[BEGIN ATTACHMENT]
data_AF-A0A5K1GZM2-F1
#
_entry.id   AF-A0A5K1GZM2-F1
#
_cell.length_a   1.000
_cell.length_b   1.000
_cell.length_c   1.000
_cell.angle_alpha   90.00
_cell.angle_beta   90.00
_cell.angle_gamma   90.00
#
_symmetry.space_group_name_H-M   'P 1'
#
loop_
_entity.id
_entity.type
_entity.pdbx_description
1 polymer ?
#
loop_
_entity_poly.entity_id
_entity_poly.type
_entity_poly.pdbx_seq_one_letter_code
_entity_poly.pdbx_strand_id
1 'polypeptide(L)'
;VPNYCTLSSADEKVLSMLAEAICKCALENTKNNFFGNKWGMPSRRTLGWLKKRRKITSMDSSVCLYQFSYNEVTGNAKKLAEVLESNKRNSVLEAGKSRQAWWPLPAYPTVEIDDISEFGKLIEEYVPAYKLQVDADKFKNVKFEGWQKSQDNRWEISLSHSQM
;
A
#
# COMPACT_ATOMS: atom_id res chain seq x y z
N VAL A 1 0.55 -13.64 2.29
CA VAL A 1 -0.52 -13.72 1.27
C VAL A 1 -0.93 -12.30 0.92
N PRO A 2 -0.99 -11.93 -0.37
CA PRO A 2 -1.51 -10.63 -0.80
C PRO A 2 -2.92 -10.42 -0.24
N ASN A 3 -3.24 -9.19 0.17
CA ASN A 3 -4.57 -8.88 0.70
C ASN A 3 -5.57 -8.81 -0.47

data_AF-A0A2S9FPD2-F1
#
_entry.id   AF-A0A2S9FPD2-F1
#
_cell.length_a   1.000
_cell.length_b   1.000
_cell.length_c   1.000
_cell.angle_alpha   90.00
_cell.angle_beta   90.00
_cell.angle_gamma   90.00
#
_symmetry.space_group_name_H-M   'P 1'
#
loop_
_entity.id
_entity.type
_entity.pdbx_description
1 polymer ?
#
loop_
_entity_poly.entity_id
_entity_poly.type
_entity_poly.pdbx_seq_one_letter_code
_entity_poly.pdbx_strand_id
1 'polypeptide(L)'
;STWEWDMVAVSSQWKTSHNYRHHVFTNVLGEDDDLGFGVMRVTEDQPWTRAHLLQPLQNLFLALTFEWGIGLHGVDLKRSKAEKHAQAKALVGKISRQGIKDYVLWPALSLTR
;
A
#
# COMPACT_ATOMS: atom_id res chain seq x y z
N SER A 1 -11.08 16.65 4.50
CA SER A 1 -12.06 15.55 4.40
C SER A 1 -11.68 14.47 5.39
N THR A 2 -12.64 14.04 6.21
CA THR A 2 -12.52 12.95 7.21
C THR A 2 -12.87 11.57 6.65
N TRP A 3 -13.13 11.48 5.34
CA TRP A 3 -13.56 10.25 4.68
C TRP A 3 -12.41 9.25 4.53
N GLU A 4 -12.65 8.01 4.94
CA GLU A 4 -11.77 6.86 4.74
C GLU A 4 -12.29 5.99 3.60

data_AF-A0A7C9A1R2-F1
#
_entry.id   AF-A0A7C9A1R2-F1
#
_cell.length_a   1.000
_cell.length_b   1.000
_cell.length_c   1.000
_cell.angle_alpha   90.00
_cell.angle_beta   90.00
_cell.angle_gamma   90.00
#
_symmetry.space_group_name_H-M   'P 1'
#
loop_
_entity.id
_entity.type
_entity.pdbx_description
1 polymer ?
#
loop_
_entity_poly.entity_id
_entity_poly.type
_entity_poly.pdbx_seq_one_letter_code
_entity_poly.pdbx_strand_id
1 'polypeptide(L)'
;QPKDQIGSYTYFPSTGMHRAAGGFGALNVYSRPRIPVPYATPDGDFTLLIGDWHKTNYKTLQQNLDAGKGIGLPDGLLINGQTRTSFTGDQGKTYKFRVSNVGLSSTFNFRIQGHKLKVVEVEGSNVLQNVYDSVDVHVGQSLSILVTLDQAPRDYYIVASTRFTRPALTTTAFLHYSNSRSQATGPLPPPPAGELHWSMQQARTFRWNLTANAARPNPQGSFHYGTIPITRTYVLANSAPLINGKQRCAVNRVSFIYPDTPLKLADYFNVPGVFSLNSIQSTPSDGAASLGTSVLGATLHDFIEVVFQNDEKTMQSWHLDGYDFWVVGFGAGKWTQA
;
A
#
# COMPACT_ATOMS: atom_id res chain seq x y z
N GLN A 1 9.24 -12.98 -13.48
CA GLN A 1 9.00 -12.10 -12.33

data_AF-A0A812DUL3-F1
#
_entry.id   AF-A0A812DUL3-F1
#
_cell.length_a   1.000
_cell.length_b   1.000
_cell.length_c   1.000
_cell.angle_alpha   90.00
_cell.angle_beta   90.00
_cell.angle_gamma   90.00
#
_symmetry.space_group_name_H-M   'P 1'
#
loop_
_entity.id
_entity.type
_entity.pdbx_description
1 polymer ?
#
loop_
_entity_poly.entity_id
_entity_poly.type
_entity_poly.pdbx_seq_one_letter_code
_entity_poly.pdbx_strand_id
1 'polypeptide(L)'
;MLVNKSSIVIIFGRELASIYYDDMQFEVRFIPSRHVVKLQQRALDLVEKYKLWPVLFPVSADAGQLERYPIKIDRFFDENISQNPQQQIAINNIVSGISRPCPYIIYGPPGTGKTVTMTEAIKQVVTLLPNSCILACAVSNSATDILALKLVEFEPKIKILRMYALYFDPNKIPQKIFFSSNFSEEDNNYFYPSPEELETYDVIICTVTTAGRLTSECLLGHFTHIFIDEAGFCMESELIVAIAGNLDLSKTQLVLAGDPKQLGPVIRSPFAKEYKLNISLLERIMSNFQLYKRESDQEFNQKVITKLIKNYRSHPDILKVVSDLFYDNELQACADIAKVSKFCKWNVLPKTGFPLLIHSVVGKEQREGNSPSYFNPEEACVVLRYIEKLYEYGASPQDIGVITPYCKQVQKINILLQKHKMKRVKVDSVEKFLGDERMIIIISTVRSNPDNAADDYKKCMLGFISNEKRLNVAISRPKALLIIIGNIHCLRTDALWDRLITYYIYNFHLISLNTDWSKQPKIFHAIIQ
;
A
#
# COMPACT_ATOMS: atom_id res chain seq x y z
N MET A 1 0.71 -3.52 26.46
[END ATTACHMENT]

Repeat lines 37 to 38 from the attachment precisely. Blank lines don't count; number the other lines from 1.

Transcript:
N ASN A 3 -3.24 -9.19 0.17
CA ASN A 3 -4.57 -8.88 0.70